Unions and Credit Unions a common thread.

The earliest financial cooperatives date back to the beginning of 19th century in England. A few decades later, credit unions took root in Germany. Motivated by the e crop failure and famine of 1846, Herman Schulze-Delitzsch organized a cooperatively-owned mill and bakery. In 1850 he formed the first cooperative credit society known as the people’s bank to address the needs of credit for working class families. (1)

The Labor movement in the United States began to take hold with the workingmen’s parties of the 1830s. These advocates of equal rights mounted a series of reform efforts that spanned the nineteenth century. Most notable were the National Labor Union, launched in 1866, and the Knights of Labor, which reached its zenith in the mid-1880s. The Knights of Labor was replaced by the American Federation of Labor in 1886. (2)

In 1900, at the start of the 20th century, the credit union concept crossed the Atlantic to Levis, Quebec, where Alphonse Desjardins organized La Caisse Populaire de Levis. A court reporter, Desjardins became aware of loan sharks charging outrageous interest. In response, he organized this first credit union in North America to provide affordable credit to working class families. (1)

The first longshore unions on the West Coast were founded in the 19th century. By 1902 the longshoremen were loosely affiliated with the American Federation of Labor’s International Longshoremen’s Association (ILA). But their ties to national headquarters were weak, and most returned or lost their charters within a few a years. (3)

During the 1920s, the U.S. credit union movement became increasingly popular. Families had more money to save and could afford products like automobiles and washing machines. They, however, needed a source of inexpensive credit to purchase these goods. The popularity of credit unions grew because commercial banks and savings institutions generally showed limited interested in offering such consumer loans. (1)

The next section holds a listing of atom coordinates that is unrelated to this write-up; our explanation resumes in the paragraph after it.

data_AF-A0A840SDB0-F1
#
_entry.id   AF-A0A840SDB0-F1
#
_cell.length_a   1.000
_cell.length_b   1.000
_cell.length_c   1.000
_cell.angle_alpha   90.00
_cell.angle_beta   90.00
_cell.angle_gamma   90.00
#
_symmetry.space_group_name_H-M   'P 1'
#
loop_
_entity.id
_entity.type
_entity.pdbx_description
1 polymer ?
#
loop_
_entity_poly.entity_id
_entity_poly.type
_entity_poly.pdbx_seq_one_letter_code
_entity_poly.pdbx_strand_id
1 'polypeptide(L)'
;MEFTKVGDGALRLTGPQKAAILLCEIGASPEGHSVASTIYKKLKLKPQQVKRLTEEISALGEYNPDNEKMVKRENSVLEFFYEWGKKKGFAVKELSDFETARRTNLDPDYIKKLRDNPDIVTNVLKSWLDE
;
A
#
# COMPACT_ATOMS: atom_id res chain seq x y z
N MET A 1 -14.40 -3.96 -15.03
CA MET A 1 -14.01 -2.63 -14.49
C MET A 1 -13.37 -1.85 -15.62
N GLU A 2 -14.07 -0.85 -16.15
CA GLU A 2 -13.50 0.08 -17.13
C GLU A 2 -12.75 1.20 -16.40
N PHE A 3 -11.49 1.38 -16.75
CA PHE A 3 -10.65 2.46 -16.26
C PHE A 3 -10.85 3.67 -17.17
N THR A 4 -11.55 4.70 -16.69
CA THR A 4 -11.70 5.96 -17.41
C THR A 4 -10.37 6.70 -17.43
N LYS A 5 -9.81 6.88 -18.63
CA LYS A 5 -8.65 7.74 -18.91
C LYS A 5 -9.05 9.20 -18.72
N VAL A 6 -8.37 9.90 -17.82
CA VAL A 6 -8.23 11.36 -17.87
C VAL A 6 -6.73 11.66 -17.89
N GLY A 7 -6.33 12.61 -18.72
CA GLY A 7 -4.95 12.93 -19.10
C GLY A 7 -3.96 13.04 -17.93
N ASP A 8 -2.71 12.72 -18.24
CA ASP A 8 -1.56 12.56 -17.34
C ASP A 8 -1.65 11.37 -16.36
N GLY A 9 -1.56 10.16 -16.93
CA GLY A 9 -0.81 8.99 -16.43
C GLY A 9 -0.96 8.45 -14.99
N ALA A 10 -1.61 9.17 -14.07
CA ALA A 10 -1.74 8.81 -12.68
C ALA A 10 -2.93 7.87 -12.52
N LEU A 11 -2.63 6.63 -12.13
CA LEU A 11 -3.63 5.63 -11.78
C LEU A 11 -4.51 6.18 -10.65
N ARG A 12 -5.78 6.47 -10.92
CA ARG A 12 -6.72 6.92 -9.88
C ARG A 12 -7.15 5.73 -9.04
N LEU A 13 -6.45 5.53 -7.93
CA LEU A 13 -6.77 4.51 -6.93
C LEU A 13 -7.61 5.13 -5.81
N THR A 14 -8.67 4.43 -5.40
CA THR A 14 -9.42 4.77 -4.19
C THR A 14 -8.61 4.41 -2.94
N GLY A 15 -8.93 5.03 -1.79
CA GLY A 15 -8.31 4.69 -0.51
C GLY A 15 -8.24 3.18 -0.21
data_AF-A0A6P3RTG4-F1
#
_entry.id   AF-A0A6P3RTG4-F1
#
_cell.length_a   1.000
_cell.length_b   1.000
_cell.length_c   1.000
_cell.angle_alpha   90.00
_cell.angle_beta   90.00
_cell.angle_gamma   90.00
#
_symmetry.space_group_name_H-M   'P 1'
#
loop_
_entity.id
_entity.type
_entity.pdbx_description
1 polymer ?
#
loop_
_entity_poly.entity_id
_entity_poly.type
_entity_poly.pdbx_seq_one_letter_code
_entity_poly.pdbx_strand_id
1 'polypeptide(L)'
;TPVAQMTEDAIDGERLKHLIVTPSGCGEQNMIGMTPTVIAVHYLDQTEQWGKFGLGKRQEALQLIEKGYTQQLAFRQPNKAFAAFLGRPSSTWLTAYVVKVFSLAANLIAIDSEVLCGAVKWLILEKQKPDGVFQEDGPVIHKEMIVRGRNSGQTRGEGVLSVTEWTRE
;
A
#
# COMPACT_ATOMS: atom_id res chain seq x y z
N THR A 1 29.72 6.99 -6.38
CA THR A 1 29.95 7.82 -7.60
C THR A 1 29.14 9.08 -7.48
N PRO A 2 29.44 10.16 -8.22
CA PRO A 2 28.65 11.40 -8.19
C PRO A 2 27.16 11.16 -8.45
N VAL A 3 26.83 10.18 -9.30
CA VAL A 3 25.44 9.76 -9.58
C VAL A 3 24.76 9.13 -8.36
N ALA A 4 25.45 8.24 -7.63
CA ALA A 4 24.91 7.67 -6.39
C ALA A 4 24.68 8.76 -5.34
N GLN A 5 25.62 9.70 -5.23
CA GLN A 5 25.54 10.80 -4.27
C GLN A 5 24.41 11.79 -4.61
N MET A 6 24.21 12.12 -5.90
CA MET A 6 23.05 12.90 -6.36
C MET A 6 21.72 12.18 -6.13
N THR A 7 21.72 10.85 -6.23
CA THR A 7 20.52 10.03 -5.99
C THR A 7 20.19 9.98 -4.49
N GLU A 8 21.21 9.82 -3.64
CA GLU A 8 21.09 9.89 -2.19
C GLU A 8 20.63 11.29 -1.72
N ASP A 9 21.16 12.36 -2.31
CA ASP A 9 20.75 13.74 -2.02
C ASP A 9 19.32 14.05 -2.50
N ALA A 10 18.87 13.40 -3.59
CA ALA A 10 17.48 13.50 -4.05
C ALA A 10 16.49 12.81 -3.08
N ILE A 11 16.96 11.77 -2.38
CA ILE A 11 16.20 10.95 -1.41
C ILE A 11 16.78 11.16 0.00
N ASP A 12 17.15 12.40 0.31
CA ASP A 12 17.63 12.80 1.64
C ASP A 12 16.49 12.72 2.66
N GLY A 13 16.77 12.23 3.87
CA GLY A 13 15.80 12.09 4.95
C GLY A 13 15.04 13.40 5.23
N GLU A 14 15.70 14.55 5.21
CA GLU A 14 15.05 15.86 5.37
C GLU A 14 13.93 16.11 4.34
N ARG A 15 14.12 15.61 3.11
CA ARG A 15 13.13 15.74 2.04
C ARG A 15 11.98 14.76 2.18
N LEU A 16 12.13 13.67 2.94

In 1934 the West Coast Port workers organized under the ILA banner as one unified bargaining unit. After a strike that included the events of Bloody Thursday when pitched battles with the employers goon squads and the National Guard in San Francisco, Portland, Seattle, and San Pedro occurred . Hundreds of strikers – and bystanders – were arrested and injured. On July 5, know ever after as Bloody Thursday, two workers were shot and killed. A total of six workers were shot or beaten to death on the West Coast by police or company goons during the course of the strike. (3)

In 1934, President Franklin Delano Roosevelt signed the Federal Credit Union Act into law, creating a national system to charter and to supervise federal credit unions. The credit union movement grew steadily in the 1940s and 1950s. By 1960, credit union membership amounted to more than 6 million individuals belonging to more than 10,000 federal and state chartered credit unions. (1)

(1) Excerpts taken from the Credit Union National Association website. (2) Excerpts taken from history.com. (3) Excerpts taken from the I.L.W.U. Local 13 website.